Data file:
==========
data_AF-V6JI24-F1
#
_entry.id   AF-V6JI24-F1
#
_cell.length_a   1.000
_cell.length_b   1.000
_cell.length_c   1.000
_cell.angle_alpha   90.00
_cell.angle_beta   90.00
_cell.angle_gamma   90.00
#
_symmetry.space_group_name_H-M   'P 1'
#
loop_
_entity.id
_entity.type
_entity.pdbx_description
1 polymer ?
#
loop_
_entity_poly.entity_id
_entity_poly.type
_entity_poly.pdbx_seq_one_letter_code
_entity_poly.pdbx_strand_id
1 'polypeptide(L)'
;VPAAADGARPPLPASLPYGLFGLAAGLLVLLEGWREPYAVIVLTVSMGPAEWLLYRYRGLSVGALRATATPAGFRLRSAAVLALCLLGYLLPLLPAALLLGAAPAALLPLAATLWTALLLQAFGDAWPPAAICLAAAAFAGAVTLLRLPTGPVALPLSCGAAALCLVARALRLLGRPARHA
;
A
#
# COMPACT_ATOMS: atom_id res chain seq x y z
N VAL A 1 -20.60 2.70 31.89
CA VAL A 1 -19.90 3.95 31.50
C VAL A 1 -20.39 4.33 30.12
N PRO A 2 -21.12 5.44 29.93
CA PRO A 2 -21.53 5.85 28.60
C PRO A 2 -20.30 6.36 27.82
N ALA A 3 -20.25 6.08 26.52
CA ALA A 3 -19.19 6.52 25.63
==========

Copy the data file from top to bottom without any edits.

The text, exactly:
data_AF-V6JI24-F1
#
_entry.id   AF-V6JI24-F1
#
_cell.length_a   1.000
_cell.length_b   1.000
_cell.length_c   1.000
_cell.angle_alpha   90.00
_cell.angle_beta   90.00
_cell.angle_gamma   90.00
#
_symmetry.space_group_name_H-M   'P 1'
#
loop_
_entity.id
_entity.type
_entity.pdbx_description
1 polymer ?
#
loop_
_entity_poly.entity_id
_entity_poly.type
_entity_poly.pdbx_seq_one_letter_code
_entity_poly.pdbx_strand_id
1 'polypeptide(L)'
;VPAAADGARPPLPASLPYGLFGLAAGLLVLLEGWREPYAVIVLTVSMGPAEWLLYRYRGLSVGALRATATPAGFRLRSAAVLALCLLGYLLPLLPAALLLGAAPAALLPLAATLWTALLLQAFGDAWPPAAICLAAAAFAGAVTLLRLPTGPVALPLSCGAAALCLVARALRLLGRPARHA
;
A
#
# COMPACT_ATOMS: atom_id res chain seq x y z
N VAL A 1 -20.60 2.70 31.89
CA VAL A 1 -19.90 3.95 31.50
C VAL A 1 -20.39 4.33 30.12
N PRO A 2 -21.12 5.44 29.93
CA PRO A 2 -21.53 5.85 28.60
C PRO A 2 -20.30 6.36 27.82
N ALA A 3 -20.25 6.08 26.52
CA ALA A 3 -19.19 6.52 25.63